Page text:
So What Was Spoken Might Be Fulfilled.

13 Now when they had departed, behold, an angel of the Lord appeared to Joseph in a dream and said, “Rise, take the child and his mother, and flee to Egypt, and remain there until I tell you, for Herod is about to search for the child, to destroy him.” 14 And he rose and took the child and his mother by night and departed to Egypt 15 and remained there until the death of Herod. This was to fulfill what the Lord had spoken by the prophet, “Out of Egypt I called my son.”

16 Then Herod, when he saw that he had been tricked by the wise men, became furious, and he sent and killed all the male children in Bethlehem and in all that region who were two years old or under, according to the time that he had ascertained from the wise men. 17 Then was fulfilled what was spoken by the prophet Jeremiah:

18 “A voice was heard in Ramah,
    weeping and loud lamentation,
Rachel weeping for her children;
    she refused to be comforted, because they are no more.”

19 But when Herod died, behold, an angel of the Lord appeared in a dream to Joseph in Egypt, 20 saying, “Rise, take the child and his mother and go to the land of Israel, for those who sought the child’s life are dead.” 21 And he rose and took the child and his mother and went to the land of Israel. 22 But when he heard that Archelaus was reigning over Judea in place of his father Herod, he was afraid to go there, and being warned in a dream he withdrew to the district of Galilee. 23 And he went and lived in a city called Nazareth, so that what was spoken by the prophets might be fulfilled, that he would be called a Nazarene. Matthew 2:13-23 ESV

Matthew’s record of the coming of Jesus is not merely an historical recap of the birth of a highly influential individual like Napoleon, Gandhi, George Washington or Winston Churchill. He is not attempting to provide us with an account of how this obscure Jew named Jesus was born in Bethlehem and grew to be a seminal figure in the Jewish nation. He is out to prove that Jesus was the long-awaited and highly anticipated Messiah, the Savior of the Jewish people who had been promised by God and predicted in the Hebrew Scriptures centuries earlier. That’s why Matthew goes out of his way to fill his Gospel with references to the written Word of God found in Old Testament prophetic passages and the audible word of God, spoken by angelic messengers to Mary, Joseph and others. Unlike other men, the story of Jesus does not begin with His birth. That event marks His entry into the temporal world of mankind, as the Son of God took on human flesh and came to dwell among men. But it was not His beginning. As the apostle John reminds us:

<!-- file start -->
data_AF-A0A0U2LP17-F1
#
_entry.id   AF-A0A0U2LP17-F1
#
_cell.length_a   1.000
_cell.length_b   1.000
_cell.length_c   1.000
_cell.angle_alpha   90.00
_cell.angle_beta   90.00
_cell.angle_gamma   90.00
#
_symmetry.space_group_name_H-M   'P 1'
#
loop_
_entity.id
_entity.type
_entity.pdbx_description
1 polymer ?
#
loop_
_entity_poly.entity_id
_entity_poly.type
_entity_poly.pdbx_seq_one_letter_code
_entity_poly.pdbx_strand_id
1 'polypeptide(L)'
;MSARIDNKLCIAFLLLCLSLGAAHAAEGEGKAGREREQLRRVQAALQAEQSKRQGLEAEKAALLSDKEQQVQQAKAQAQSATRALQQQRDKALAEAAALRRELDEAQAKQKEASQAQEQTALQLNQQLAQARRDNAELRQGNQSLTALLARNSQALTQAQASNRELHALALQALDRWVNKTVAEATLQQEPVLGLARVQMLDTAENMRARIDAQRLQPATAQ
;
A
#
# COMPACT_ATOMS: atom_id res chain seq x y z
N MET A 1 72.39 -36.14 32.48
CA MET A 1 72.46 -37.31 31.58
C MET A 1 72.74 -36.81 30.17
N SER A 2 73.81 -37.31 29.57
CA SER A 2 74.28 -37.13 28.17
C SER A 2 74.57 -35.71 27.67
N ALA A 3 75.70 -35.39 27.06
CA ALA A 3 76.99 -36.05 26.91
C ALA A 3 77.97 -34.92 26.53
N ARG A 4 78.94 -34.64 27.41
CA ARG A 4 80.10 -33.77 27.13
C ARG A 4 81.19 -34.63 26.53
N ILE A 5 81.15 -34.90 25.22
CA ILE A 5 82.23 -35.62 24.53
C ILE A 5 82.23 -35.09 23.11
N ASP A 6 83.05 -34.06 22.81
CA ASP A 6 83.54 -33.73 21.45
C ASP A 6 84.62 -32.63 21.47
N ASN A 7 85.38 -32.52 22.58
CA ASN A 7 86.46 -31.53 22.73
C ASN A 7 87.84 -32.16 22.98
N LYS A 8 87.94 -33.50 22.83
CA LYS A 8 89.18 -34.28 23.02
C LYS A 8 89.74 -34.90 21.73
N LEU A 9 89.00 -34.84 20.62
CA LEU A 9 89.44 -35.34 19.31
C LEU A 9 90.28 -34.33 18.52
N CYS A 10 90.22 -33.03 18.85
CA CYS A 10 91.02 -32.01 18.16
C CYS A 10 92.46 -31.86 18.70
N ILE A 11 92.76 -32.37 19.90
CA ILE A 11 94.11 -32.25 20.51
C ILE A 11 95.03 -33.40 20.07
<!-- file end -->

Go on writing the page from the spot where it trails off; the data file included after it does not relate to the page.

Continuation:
And the Word became flesh and dwelt among us, and we have seen his glory, glory as of the only Son from the Father, full of grace and truth. – 1 John 1:14 ESV

And in his own Gospel account, John goes on to describe the eternal nature of Jesus.

1 In the beginning was the Word, and the Word was with God, and the Word was God. He was in the beginning with God. All things were made through him, and without him was not any thing made that was made. In him was life, and the life was the light of men. The light shines in the darkness, and the darkness has not overcome it. – John 1:1-5 ESV

We have already seen God confirm the deity of Jesus through His sending of angelic messengers to Mary and Joseph. He assured Mary that the child within her was the result of divine intervention, a miracle of God made possible by the power of the Holy Spirit. An angel of the Lord appeared to him in a dream and confirmed that the child in Mary’s womb had been conceived by the Holy Spirit and was to be the Savior of the world. This was not going to be just another baby born to just another Hebrew couple. This baby was going to save His people from their sins. He was going to be Immanuel, which literally means “God with us.” And Matthew pointed out that, “All this took place to fulfill what the Lord had spoken” (Matthew 1:22 ESV).